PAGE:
I wouldn’t want to be a friend of yours. Yes, she did something foolish, but in this time and situation, times are tough and your loss of sympathy for your friend isn’t right.
Others, like OCNanis, gave me the benefit of the doubt:
I am sure she & her friend are perfectly aware of what would be shared on the blog & don’t think BB would post her insight in regards to the situation if she hadn’t verbalized it to her friend already. That is what friends do. Tell you what you need to hear even if it isn’t what you want to hear.
I re-read my post and believe it was fair if also brutally honest. I’ve never been the type to hold back, but I try to share my opinion in a way that doesn’t offend. I do not always succeed.
Luckily, my friend read the post and the comments and wrote me to clear the air. I’ve changed the name of her partner to protect her anonymity, but otherwise these are her words, verbatim:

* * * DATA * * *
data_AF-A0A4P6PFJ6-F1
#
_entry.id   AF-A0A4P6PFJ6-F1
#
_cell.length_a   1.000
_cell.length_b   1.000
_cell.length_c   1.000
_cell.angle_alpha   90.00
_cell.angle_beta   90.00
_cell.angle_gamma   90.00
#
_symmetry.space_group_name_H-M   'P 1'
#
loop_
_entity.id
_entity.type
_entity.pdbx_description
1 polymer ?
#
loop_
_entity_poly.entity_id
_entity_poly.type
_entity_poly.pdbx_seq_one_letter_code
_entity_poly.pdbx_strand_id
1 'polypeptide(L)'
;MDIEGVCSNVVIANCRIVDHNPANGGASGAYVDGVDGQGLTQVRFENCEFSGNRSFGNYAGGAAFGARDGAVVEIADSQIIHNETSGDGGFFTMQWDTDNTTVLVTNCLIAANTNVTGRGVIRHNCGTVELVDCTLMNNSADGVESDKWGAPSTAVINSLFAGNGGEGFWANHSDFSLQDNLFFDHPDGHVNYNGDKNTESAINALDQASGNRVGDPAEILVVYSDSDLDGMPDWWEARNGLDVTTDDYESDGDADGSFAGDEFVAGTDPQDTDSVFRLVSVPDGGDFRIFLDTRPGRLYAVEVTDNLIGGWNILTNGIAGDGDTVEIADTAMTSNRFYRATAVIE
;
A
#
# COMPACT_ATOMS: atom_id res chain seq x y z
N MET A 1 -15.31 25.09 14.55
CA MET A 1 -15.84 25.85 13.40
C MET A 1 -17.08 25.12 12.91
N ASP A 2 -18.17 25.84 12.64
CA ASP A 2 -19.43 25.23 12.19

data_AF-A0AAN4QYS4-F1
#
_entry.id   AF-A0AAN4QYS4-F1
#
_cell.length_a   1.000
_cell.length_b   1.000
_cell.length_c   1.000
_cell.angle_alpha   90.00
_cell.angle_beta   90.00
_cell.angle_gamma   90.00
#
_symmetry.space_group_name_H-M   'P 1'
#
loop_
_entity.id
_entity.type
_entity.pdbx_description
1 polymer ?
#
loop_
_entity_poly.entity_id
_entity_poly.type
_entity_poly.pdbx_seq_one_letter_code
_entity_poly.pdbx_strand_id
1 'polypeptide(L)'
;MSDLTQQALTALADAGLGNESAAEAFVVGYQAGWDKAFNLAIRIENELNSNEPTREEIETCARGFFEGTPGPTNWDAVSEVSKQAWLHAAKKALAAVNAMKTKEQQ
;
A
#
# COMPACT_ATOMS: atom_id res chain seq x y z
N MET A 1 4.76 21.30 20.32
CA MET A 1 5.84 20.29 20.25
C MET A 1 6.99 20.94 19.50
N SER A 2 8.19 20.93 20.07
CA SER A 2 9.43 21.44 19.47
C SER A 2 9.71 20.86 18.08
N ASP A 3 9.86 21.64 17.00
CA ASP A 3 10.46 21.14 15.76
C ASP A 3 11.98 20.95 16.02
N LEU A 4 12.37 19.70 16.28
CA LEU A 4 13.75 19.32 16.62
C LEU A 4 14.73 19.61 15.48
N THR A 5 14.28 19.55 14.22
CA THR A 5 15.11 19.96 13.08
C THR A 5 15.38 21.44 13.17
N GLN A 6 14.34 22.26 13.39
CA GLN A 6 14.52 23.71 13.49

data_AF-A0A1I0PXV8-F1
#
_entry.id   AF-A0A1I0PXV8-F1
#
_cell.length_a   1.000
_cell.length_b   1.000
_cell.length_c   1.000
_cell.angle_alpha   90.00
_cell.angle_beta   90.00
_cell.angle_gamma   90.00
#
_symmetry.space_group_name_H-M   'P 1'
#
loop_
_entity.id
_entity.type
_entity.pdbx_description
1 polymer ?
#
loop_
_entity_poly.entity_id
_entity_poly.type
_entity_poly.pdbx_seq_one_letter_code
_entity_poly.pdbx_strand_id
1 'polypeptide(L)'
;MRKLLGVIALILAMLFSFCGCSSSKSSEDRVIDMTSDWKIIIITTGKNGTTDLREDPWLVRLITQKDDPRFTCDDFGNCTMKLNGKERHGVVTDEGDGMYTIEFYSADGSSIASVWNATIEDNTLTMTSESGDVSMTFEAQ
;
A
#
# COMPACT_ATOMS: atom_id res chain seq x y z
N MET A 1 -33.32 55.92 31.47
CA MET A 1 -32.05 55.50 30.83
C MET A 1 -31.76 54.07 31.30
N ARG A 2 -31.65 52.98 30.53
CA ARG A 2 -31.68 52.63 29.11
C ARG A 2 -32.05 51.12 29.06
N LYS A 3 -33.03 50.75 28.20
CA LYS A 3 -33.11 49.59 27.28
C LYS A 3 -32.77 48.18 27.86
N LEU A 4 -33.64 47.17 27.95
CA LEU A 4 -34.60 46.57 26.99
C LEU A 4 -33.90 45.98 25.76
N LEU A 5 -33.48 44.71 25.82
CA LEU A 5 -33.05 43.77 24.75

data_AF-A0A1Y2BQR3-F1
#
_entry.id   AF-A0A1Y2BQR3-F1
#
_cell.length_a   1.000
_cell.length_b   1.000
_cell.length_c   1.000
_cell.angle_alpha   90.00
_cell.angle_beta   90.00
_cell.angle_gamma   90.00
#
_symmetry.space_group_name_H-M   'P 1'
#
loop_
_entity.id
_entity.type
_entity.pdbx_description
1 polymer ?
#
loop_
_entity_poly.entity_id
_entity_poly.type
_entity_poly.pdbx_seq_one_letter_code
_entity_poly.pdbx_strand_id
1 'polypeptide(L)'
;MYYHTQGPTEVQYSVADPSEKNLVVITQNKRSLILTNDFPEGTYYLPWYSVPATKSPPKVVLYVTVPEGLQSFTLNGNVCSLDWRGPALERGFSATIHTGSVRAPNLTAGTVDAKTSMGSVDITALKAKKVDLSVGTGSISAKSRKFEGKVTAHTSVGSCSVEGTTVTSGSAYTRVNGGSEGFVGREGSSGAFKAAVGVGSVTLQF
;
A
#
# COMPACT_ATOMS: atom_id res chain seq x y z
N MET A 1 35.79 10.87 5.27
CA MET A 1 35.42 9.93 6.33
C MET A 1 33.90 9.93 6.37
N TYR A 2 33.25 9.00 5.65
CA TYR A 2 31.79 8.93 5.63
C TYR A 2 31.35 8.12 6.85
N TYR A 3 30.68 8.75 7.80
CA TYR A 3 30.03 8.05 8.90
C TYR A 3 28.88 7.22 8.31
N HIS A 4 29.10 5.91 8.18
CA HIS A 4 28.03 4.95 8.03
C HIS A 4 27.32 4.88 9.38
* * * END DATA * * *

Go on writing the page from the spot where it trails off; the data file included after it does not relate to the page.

1) I did not buy more house than I could afford – when both Shawn and I were working we made our payments on time every month. We did that for 3.5 years.2) We never saw our decision to buy a house as a way to turn a quick buck. Like most young people we bought whatever we could afford and figured that in 3-4 years time we’d have enough equity to move somewhere more to our liking.3) Our decision to stop making payments was not done blindly. We thought about this for a LONG time and didn’t do it until Shawn lost his job. We are not irresponsible people but staring at a negative equity of more than $150,000 can push many people over the edge. I’m glad the post forced people into the conversation. It’s interesting how people can make judgments – good or bad – on folks they don’t know.Anyway just my thoughts. Oh – we sought the counsel of two financial advisers before making this move.